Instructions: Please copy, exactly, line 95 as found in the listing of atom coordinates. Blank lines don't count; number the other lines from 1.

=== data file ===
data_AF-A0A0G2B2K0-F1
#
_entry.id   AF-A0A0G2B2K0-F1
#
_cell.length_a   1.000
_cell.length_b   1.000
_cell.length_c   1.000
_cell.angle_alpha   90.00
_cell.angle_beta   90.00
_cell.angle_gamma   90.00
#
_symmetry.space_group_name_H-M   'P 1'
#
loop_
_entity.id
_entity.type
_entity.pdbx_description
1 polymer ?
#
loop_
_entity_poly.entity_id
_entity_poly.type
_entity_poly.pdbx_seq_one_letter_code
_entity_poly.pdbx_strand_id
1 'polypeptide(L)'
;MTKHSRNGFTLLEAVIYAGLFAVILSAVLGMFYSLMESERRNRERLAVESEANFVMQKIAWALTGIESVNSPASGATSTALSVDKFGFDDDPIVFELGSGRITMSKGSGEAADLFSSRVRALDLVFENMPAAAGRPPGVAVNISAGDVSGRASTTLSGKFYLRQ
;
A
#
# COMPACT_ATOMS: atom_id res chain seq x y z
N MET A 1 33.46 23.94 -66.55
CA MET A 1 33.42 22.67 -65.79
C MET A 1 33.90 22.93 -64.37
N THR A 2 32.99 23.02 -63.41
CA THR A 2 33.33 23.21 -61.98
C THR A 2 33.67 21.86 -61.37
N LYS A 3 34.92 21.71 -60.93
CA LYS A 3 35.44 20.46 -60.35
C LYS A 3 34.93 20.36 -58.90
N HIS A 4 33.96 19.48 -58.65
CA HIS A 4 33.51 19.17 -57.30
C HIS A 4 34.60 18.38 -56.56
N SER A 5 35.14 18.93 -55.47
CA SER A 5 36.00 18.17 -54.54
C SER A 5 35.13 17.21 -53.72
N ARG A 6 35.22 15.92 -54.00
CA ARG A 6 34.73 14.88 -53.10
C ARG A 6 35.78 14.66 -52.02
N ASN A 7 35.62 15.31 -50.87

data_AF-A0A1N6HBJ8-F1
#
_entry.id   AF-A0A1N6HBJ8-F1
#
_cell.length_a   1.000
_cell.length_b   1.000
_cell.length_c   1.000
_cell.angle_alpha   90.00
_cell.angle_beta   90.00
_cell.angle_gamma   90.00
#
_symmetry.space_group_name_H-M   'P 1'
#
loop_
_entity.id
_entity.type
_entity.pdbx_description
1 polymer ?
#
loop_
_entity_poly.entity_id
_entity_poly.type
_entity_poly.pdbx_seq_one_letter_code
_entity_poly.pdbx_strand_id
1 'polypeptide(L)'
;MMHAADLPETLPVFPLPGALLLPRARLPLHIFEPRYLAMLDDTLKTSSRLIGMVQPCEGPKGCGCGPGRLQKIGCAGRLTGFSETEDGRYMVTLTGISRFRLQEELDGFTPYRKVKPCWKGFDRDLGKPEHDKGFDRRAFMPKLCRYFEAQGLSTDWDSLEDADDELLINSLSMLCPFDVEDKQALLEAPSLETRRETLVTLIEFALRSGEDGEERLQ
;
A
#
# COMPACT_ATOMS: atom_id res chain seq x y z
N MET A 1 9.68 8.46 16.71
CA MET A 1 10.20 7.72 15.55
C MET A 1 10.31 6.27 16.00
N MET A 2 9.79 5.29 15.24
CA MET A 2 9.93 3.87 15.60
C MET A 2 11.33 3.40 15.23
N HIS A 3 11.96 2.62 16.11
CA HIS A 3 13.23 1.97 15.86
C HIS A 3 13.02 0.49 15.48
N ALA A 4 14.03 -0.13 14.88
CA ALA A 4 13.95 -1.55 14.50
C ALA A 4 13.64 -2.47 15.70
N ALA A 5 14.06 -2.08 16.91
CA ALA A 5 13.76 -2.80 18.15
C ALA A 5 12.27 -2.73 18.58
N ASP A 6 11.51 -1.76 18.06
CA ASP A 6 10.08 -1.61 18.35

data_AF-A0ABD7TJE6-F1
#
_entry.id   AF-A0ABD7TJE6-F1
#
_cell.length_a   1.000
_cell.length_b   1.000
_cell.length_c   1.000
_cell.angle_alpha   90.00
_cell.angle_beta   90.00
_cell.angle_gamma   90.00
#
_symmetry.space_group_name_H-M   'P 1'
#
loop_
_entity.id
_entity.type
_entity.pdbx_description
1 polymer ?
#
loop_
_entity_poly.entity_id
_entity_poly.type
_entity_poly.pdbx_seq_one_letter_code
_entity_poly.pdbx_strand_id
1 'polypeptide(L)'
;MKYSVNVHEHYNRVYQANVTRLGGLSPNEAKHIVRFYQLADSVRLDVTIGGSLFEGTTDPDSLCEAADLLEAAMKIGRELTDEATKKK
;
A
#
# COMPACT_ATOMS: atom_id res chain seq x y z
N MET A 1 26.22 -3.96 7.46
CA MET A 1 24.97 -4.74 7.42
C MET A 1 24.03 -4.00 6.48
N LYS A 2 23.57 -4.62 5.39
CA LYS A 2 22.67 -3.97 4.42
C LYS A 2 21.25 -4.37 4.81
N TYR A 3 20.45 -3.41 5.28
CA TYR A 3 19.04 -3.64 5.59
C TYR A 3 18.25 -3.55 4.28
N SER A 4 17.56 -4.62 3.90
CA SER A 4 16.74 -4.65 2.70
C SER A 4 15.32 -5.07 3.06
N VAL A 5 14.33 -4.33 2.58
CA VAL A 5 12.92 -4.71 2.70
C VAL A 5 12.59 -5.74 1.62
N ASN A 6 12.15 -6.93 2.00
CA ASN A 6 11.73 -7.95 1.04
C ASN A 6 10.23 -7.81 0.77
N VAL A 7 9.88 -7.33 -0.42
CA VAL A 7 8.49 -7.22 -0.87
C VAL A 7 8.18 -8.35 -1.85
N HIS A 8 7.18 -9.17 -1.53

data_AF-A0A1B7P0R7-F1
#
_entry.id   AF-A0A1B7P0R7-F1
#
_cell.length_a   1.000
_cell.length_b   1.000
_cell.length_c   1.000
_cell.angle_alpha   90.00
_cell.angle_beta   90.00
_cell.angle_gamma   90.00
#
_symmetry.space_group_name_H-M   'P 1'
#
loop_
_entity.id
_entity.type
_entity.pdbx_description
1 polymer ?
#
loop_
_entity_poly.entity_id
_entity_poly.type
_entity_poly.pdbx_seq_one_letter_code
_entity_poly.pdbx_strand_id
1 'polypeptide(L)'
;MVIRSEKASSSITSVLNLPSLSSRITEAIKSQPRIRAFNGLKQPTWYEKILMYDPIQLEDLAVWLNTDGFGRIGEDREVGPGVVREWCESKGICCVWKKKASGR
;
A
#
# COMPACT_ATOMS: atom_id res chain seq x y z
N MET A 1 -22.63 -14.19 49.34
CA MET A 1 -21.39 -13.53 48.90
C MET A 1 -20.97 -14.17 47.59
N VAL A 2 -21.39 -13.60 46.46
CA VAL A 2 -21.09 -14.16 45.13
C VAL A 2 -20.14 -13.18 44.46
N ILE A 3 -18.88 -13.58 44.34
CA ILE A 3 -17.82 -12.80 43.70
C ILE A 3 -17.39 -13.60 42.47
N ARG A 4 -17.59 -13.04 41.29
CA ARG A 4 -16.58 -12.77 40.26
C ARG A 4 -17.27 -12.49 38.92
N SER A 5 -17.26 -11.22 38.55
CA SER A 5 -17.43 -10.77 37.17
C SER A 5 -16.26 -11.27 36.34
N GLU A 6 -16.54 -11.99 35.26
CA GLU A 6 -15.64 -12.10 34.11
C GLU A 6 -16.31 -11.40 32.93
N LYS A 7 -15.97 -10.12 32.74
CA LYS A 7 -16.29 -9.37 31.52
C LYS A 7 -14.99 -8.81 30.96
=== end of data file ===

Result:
N ASP A 6 11.51 -1.76 18.06